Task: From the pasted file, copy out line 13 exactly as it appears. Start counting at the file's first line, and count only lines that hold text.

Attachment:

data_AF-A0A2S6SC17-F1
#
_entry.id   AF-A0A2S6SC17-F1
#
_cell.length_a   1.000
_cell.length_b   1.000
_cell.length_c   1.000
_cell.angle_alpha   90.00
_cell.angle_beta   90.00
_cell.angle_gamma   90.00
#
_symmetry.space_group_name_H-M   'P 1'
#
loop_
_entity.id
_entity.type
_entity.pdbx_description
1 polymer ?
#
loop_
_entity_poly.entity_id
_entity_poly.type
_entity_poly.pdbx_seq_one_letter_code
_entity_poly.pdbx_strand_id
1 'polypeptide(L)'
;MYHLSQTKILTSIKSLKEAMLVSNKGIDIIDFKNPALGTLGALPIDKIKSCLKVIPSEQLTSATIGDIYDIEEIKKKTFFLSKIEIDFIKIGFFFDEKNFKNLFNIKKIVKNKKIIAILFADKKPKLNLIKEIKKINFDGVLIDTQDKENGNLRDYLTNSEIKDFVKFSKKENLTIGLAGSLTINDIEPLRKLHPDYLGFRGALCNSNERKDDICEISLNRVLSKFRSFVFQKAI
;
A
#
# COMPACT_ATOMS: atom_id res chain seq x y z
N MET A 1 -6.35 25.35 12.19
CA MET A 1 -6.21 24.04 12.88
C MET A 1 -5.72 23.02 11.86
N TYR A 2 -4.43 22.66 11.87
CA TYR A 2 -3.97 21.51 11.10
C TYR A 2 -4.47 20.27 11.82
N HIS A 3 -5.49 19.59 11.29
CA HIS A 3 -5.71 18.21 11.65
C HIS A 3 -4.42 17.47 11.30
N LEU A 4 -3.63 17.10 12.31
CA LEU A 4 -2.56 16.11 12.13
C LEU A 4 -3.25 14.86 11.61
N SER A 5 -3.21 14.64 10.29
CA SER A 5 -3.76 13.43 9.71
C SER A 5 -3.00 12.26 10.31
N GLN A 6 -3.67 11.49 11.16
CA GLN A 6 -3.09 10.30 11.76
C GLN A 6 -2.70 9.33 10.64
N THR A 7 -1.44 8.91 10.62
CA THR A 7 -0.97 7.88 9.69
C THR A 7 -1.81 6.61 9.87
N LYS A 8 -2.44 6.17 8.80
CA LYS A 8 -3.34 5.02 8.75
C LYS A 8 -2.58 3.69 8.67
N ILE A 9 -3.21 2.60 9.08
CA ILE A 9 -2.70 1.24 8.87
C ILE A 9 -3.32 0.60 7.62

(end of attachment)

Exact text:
#